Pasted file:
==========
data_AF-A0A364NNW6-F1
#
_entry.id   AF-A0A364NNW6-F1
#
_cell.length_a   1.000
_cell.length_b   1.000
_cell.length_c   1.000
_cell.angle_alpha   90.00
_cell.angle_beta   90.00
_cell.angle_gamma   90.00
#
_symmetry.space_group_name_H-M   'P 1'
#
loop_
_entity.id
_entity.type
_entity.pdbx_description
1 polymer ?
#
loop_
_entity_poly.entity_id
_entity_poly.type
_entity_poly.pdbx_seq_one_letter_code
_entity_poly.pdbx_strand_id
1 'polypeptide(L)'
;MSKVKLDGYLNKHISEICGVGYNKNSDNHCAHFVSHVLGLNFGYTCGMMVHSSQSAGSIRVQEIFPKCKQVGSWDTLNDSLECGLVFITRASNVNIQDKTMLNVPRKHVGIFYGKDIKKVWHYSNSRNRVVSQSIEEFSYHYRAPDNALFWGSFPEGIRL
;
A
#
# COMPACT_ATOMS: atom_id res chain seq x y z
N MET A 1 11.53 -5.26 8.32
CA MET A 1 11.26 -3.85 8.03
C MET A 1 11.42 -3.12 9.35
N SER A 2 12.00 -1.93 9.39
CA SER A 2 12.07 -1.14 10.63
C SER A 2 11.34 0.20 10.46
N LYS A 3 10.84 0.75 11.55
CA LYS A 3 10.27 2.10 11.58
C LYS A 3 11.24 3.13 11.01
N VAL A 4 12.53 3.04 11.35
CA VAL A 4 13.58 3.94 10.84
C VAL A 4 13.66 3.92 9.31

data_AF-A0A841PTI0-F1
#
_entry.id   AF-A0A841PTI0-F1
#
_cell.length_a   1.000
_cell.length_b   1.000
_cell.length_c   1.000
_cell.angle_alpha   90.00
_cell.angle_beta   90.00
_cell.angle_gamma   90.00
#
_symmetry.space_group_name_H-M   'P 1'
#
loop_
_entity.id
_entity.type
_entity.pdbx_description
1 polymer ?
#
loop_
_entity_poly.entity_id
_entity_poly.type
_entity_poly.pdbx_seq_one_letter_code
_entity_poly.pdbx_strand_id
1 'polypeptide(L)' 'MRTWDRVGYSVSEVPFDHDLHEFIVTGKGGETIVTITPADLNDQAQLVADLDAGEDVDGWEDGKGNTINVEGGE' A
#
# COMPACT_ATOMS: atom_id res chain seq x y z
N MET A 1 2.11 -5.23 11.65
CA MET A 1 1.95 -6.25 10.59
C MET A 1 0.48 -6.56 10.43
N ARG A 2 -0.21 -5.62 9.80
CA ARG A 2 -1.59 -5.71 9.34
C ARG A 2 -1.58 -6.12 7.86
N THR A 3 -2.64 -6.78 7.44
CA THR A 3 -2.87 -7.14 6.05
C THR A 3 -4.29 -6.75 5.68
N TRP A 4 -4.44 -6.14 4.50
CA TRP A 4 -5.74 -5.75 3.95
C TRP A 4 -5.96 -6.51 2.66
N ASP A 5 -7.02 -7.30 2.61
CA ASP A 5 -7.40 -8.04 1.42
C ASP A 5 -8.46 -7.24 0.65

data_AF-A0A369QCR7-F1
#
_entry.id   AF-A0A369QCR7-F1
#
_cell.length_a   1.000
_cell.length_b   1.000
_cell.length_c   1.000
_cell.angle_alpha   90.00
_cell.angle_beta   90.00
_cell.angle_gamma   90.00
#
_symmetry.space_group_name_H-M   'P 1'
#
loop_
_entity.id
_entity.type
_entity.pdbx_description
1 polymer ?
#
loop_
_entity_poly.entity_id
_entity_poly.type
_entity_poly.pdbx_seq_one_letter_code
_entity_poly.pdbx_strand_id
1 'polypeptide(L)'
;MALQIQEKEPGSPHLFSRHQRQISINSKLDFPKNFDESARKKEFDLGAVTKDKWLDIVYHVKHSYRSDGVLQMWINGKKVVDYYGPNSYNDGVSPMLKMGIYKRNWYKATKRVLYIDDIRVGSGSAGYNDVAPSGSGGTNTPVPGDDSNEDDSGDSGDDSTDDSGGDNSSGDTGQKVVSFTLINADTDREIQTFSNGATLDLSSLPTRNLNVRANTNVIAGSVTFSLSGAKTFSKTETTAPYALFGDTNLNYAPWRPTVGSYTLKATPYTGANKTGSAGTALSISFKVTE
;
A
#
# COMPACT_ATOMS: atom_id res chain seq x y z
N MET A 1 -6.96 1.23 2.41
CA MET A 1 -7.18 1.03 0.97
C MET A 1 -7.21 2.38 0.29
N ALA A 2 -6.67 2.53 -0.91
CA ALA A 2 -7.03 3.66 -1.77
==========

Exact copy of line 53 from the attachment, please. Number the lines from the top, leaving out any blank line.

#